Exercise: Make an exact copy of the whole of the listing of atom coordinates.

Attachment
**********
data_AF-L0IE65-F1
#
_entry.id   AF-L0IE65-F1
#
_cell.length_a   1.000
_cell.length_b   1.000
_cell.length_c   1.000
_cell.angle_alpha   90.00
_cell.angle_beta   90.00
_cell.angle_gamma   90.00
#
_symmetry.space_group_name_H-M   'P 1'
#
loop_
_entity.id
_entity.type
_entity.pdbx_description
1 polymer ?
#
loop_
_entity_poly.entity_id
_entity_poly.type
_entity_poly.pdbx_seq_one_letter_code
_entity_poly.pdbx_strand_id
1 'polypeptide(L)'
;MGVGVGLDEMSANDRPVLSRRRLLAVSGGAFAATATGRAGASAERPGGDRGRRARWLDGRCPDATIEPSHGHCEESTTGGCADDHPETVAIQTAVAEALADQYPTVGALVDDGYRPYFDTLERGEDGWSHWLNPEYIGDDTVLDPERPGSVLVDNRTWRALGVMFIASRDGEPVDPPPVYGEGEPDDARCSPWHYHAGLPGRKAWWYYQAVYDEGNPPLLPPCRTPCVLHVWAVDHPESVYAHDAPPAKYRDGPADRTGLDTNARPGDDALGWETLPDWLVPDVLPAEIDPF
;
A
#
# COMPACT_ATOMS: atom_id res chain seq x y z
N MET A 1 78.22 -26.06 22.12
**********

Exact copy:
data_AF-L0IE65-F1
#
_entry.id   AF-L0IE65-F1
#
_cell.length_a   1.000
_cell.length_b   1.000
_cell.length_c   1.000
_cell.angle_alpha   90.00
_cell.angle_beta   90.00
_cell.angle_gamma   90.00
#
_symmetry.space_group_name_H-M   'P 1'
#
loop_
_entity.id
_entity.type
_entity.pdbx_description
1 polymer ?
#
loop_
_entity_poly.entity_id
_entity_poly.type
_entity_poly.pdbx_seq_one_letter_code
_entity_poly.pdbx_strand_id
1 'polypeptide(L)'
;MGVGVGLDEMSANDRPVLSRRRLLAVSGGAFAATATGRAGASAERPGGDRGRRARWLDGRCPDATIEPSHGHCEESTTGGCADDHPETVAIQTAVAEALADQYPTVGALVDDGYRPYFDTLERGEDGWSHWLNPEYIGDDTVLDPERPGSVLVDNRTWRALGVMFIASRDGEPVDPPPVYGEGEPDDARCSPWHYHAGLPGRKAWWYYQAVYDEGNPPLLPPCRTPCVLHVWAVDHPESVYAHDAPPAKYRDGPADRTGLDTNARPGDDALGWETLPDWLVPDVLPAEIDPF
;
A
#
# COMPACT_ATOMS: atom_id res chain seq x y z
N MET A 1 78.22 -26.06 22.12